In the Presidential Palace the workers refused to participate in a traditional end of year celebration with the President and remained at their desks following announcements of job losses affecting 24,000 government employees.

Clarin reported that following the protests, "..The salads and cakes were prepared in the conference room. But at the last moment the venue was changed to the principal office of the President.. " Neither cameras nor tape recorders were permitted. The President could not be seen sipping Champagne while the people emptied the supermarkets."

The ruling class of Argentina is now confronted with a major crisis of how to proceed. An editorial in Clarin protested about the "… poverty of ideas and lack of energy of De La Rua" in confronting the crisis. Indecisive and lacking the authority to lead even his own party, De La Rua, took the same route as Cavallo and was swept away by the stormy events that lie ahead.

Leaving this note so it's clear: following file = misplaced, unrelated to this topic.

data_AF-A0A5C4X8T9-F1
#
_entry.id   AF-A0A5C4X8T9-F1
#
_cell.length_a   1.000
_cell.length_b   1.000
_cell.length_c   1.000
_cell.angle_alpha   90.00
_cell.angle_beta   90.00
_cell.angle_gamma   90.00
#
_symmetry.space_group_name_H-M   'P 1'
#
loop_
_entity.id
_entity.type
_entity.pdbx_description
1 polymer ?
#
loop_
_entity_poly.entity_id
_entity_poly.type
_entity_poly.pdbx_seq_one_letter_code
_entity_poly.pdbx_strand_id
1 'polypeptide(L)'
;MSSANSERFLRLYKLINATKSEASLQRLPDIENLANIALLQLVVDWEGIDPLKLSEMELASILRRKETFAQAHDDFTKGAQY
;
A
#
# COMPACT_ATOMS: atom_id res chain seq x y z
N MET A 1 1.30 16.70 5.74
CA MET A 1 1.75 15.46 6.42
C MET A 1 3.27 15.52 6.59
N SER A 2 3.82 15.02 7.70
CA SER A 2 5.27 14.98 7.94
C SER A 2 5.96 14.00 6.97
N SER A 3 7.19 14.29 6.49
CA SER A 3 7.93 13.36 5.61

Sections of the ruling class attempted to assemble a "government of national unity" that would include the Peronists.

Although the Peronists (PJ) together with the capitalist Radical Civil Union (UCR) have recently supported moves in the Congress to limit the economic powers of the Presidency, they have also declared that they will "not obstruct" the introduction of the State of Emergency.

De La Rua attempted to form a government of ‘National Unity’ which would include the divided Peronists who offer no alternative programme to the De La Rua government. Menem, the former Peronist President, was the driving force for the privatizations and neo-liberal policies that were implemented throughout the 1990’s and has recently faced corruption scandals involving arms shipments.